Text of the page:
Top positive review
The Anti-Globalization Manifesto!
on July 30, 2003
This provocative text is the work of an impressive collection of luminary scholars, writers, and environmental activists, all of whom have something important to contribute to the issue of economic globalization and how it is affecting the environment. This distinguished group of authors, including Jerry Mander, Ralph Nader, David Korten, John Cavanaugh, and Lori Wallach, have joined in a collaborative effort herein to render what is likely the single most definitive and sober critique of the current state of globalization as well as the rising tide of anti-globalization efforts across the planet. As the culminating product of a three-year effort by the International Forum on Globalization, the book can best described as being both painstaking and muckraking, providing a series of ten core requirements which must be instituted to make democratic societies sustainable; among which are equality, human rights, local decision-making, and of course, ecological sustainability. In the narrative, each is addressed in terms of both how they are affected by the globalization process as well as what kind of strategies work to counteract these untoward effects.
Moreover, the individual contributors offer a series of quite specific collective strategies for combating and limiting the extent of corporate domination, and also discuss various alternative systems in the critical areas of energy, agriculture, transportation, and manufacturing. There is also a lively discussion pertaining to modes of political action to deconstruct and even destroy the World Trade Organization (WTO), as well its predecessor and corollary institutions, the World Bank and the International Monetary Fund or IMF. From the time of the creation of the post WWII international monetary system at Bretton Woods in 1944, through the institution of the World Bank, the IMF, and GATT, the rise of globalization has necessarily towed in its wake an increasing pressure both on the natural environment and the natural resources the corporate forces must dominate and control to continue its essential core function of international economic growth.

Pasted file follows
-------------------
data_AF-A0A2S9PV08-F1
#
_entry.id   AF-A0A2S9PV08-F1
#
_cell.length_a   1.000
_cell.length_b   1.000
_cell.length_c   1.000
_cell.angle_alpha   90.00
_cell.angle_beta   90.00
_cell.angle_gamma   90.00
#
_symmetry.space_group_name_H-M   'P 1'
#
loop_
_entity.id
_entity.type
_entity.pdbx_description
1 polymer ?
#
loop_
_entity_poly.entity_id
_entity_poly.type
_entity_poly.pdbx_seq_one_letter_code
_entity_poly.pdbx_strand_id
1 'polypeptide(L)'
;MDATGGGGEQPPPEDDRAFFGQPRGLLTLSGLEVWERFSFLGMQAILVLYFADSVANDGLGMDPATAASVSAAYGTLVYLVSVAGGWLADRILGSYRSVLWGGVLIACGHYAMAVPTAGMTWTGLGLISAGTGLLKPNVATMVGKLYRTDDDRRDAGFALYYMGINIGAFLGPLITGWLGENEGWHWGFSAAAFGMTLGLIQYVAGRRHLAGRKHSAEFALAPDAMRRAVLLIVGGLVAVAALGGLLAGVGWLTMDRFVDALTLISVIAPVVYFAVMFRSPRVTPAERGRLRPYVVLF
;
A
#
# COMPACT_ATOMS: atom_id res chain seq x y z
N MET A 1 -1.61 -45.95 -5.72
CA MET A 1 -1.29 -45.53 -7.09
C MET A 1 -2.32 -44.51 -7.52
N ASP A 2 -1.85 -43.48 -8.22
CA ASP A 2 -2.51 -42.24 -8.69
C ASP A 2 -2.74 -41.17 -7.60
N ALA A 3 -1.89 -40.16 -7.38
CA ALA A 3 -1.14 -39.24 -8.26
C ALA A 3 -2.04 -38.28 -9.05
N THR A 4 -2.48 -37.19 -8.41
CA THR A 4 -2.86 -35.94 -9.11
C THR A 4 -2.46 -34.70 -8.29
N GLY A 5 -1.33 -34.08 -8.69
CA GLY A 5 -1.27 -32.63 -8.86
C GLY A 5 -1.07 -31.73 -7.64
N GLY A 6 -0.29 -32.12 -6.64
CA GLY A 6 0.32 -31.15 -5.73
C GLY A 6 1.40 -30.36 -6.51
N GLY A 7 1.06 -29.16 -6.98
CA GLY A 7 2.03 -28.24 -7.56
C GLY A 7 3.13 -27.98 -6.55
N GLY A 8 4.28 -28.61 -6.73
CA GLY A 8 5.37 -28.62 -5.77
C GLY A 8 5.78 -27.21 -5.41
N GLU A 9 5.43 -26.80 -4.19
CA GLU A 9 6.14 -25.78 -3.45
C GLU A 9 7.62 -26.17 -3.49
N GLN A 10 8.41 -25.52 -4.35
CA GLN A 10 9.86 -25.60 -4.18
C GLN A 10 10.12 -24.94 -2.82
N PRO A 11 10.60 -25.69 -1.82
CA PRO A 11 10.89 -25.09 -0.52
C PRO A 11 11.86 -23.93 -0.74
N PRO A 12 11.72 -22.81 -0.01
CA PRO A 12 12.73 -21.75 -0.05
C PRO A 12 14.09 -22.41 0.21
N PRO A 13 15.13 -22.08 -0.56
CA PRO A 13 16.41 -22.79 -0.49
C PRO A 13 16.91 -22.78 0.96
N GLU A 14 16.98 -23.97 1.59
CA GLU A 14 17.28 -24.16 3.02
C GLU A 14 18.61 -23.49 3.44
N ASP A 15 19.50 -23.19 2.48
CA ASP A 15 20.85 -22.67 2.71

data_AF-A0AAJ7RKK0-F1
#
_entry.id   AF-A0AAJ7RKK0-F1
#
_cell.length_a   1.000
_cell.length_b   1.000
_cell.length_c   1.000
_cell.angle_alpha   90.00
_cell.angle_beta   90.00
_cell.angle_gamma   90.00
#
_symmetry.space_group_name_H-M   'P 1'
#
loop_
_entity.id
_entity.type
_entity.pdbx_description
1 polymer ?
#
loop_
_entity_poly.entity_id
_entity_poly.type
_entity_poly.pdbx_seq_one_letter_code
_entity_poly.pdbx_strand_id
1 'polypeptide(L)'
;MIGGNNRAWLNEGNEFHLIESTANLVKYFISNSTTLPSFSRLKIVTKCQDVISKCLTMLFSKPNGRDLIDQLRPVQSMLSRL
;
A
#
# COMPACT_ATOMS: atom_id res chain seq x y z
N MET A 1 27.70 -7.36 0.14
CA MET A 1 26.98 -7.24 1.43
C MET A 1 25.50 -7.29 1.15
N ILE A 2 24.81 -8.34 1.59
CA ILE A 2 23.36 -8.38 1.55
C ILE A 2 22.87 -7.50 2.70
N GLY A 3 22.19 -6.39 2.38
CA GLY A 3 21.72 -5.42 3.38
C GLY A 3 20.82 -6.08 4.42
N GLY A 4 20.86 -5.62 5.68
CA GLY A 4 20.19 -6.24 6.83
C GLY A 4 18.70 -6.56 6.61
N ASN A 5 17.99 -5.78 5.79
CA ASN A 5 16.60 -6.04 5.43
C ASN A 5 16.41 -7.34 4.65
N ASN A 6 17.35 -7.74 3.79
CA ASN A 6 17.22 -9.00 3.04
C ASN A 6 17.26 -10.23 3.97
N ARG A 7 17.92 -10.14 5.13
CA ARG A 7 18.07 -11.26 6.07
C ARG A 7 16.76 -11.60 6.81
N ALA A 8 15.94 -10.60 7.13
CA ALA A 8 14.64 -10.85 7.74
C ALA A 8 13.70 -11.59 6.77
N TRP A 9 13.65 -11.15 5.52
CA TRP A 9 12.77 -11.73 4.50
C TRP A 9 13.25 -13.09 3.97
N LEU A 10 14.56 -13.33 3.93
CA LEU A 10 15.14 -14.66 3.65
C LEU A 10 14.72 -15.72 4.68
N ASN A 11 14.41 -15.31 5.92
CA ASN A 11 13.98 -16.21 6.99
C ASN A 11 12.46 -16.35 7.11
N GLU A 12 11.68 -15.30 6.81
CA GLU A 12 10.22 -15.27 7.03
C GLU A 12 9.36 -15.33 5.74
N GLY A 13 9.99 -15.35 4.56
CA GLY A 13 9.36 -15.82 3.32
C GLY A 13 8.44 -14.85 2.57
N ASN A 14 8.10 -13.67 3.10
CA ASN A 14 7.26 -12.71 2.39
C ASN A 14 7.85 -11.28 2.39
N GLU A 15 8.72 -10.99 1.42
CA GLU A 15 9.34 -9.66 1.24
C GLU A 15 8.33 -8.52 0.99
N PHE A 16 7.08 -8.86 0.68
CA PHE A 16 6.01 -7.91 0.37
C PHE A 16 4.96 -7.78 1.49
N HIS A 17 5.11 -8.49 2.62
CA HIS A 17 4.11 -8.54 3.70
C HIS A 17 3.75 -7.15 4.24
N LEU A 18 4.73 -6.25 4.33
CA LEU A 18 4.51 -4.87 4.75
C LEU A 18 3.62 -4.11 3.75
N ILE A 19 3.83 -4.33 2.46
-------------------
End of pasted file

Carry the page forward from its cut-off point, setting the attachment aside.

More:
With the rise of an organized opposition and a declaration of that organization's policies to systematically resist and counter the effects of the WTO, the anti-globalization forces around the world now have a formal manifesto for the systematic resistance to the forces of corporate sponsored economic globalization. Of course, given the fact that the existing corporate effort is so widespread, pandemic, and attractive to a variety of international corporate forces, any prospect for reversing the trend will be problematic indeed. Yet, given the potential for catastrophic consequences stemming from the movement toward the expanding influence of such global corporate enterprises, the authors argue that we would do well to try.
This is an important book, one that arms the reader with an array of facts regarding what the so-called "New World Order" really means in terms of its potential impact on each us in every aspect of our lives, as individuals, as members of the local community, as consumers of necessary (and other) products, and as citizens of a nation and of the world at large. The scope of the change to come is immense, and it is obviously in the interest of each of us to better understand exactly what is at stake in terms of our lives, our freedoms as citizens, and our survival in a world increasingly endangered by reckless corporate activities that are destroying the biosphere. I highly recommend this book. Enjoy!